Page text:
British troops captured Chin-Kiang-Foo, July 21, 1842.

British troops captured Chin-Kiang-Foo, July 21, 1842.

The men now persuaded me to do as Mr. Crouch did, that was to land on the suburb side of the canal. Well we got the oars [?] and shoved the boat on shore, and out we got up to our middles in water. It was now a case of devil take the hindmost and we split through the streets like mad. All our ammunition was wet, so if we had been attacked we should not have been able to have made a very [?] resistance. Luckily we went the right way and got on board the Vixen where they gave me a boat to use and report the proceedings to the captain of the Cornwallis. Mr. Crouch was on board there and was very ill. We got all our men 16 wounded 3 not expected to live. The troops had a hard job to take the city (Kin Shan, Chin Kiang) and 200 men killed and wounded. Our boats were got on board all right, the same as we left them. Ours was certainly a defeat but I think I may say not a dishonorable one.

Portrait of Henry Thomas Lyon, Warrington Guardian Yearbook, 1905.

Portrait of Henry Thomas Lyon,
Warrington Guardian Yearbook, 1905.

Thomas Henry Lyon’s Yangtze campaign diary of 1842, along with a second diary telling of his experience aboard the Columbine in the South China Sea and environs from 1846-1849, and an artistically penned ledger titled “An Inventory of Plate, 1884”, comprise the Thomas Henry Lyon papers. Please contact the Burns Library Reading Room at 617-552-4861 or burnsref@bc.edu for further information.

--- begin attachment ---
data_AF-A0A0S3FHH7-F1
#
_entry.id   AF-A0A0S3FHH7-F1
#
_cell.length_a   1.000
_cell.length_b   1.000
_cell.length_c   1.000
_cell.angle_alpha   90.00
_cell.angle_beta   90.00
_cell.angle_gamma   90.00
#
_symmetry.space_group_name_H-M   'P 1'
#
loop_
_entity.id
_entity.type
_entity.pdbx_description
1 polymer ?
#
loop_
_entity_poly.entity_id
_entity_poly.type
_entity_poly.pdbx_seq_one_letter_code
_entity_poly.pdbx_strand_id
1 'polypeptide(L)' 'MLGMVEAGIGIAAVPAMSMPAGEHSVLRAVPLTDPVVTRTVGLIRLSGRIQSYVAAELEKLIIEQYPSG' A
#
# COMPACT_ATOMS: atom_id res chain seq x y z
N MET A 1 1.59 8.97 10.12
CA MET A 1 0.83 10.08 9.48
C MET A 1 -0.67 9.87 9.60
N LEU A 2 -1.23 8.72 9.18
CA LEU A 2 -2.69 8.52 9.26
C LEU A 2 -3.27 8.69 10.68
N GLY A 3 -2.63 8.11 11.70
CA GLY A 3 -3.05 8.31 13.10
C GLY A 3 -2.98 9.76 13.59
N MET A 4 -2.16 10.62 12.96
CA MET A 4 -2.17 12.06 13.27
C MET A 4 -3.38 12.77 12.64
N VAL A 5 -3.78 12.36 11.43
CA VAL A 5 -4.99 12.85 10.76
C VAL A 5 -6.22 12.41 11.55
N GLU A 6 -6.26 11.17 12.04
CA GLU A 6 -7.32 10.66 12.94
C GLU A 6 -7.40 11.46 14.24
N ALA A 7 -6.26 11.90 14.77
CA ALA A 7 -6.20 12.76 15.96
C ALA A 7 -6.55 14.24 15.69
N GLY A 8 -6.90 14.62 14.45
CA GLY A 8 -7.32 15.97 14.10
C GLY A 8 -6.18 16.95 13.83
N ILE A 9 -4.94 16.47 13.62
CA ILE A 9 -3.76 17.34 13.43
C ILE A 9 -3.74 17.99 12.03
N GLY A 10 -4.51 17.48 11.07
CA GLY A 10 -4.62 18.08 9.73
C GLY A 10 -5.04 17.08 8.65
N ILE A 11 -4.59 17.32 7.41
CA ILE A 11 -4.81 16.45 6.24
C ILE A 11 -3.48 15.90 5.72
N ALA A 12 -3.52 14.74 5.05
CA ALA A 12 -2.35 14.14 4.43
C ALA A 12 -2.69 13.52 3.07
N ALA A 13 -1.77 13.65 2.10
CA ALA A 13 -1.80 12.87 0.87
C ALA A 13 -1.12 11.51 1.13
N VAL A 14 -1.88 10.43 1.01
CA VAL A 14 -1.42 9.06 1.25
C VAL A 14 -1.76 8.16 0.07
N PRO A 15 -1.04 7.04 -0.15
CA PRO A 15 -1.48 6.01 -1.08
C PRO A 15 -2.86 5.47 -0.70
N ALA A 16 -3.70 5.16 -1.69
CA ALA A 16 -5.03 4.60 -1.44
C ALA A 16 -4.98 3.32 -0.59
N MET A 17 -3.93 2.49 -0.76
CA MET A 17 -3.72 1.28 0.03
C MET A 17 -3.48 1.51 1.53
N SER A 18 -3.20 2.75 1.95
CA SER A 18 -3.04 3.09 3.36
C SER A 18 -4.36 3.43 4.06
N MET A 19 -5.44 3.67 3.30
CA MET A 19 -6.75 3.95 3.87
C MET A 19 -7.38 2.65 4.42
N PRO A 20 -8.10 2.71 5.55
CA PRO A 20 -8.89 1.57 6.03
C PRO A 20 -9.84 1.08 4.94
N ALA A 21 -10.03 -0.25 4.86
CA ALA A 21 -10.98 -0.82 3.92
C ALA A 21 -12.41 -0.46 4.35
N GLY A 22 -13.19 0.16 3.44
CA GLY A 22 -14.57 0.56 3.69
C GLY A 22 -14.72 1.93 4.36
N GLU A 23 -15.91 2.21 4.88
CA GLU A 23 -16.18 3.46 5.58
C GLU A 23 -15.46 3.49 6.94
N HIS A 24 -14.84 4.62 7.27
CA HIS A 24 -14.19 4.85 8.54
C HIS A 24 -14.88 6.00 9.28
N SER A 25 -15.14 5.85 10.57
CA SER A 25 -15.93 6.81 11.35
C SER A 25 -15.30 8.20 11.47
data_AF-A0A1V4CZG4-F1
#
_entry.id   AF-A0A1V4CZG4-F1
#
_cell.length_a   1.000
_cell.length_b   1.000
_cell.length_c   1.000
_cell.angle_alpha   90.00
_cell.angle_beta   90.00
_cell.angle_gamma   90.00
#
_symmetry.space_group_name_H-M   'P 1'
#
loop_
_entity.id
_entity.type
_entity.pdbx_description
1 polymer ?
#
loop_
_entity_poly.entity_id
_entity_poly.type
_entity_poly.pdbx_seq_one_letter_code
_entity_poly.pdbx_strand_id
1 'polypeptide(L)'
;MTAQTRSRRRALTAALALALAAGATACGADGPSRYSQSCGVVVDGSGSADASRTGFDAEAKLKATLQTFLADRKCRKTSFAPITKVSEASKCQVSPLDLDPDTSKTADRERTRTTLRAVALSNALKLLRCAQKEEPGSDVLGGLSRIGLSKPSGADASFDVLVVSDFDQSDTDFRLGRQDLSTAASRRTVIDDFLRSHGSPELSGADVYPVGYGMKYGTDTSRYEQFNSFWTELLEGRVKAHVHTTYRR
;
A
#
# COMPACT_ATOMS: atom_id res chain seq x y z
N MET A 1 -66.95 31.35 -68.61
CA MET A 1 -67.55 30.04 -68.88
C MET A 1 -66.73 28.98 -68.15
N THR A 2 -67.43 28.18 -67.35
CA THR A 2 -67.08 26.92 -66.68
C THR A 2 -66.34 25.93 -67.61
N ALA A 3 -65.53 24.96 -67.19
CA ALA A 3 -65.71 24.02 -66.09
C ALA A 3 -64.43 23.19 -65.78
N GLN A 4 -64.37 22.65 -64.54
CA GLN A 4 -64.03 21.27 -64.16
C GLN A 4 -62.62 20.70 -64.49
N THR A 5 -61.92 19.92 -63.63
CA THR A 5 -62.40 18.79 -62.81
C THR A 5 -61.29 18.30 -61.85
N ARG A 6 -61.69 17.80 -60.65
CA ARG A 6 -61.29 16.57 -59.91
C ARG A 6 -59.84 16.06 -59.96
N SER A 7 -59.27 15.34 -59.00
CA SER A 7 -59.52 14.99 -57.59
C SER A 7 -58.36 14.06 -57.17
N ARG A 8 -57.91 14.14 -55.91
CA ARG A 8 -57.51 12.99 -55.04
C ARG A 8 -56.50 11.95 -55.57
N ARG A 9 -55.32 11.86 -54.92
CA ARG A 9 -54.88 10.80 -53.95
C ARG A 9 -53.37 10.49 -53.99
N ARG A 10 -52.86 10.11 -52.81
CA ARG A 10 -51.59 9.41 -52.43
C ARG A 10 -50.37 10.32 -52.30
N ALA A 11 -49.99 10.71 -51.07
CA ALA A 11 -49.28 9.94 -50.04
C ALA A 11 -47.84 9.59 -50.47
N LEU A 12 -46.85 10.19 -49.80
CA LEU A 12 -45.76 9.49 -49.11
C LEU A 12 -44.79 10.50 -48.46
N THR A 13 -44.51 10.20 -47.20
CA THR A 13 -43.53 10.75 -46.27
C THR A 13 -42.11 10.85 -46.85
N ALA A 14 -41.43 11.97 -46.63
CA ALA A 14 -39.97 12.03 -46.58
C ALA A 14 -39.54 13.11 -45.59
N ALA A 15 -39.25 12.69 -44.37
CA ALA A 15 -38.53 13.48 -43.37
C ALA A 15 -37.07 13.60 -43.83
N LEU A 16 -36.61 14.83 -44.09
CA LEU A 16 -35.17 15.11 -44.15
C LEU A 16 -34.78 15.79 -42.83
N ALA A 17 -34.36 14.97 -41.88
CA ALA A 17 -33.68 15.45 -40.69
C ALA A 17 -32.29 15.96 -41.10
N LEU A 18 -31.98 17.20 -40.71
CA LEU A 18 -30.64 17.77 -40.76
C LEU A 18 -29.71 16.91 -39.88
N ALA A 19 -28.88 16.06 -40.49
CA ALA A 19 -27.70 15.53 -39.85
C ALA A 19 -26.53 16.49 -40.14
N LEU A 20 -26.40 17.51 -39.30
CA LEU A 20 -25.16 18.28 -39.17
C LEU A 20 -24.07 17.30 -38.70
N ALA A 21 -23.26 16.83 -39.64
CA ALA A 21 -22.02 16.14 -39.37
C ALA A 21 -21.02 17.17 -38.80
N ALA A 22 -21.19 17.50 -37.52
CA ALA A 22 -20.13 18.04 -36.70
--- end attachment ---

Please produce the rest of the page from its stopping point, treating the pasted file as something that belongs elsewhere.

• Shelley Barber, Reference & Archives Specialist, John J. Burns Library

Note: Modern pinyin forms of place names are: Chapu = Zhapu; Chinkiang = Jinjiang; Hong Kong = Xianggang; Macao = Aomen; Nanking = Nanjing; and Yangtse = Yangtze/Yangzi.

Bibliography

Clowes, William Laird, and Clements R. Markham. The Royal Navy: A History from the             Earliest Times to the Present.  London: Chatham Publishing, 1996-1997.

Furneaux, Clare. The Lyon Family of Appleton Hall and Stretton Parish Church.                        Appleton: Alfresco Books, 1996.

Henry Thomas Lyon Papers, MS.1986.118, John J. Burns Library, Boston College

About John J. Burns Library

The University’s special collections, including the University’s Archives, are housed in the Honorable John J. Burns Library, located in the Bapst Library Building, north entrance. Burns Library staff work with students and faculty to support learning and teaching at Boston College, offering access to unique primary sources through instruction sessions, exhibits, and programming. The Burns Library also serves the research needs of external scholars, hosting researchers from around the globe interested in using the collections. The Burns Library is home to more than 250,000 volumes and over 700 manuscript collections, including holdings of music, photographic materials, art and artifacts, and ephemera. Though its collections cover virtually the entire spectrum of human knowledge, the Burns Library has achieved international recognition in several specific areas of research, most notably: Irish studies; British Catholic authors; Jesuitica; Fine printing; Catholic liturgy and life in America, 1925-1975; Boston history; the Caribbean, especially Jamaica; Nursing; and Congressional archives.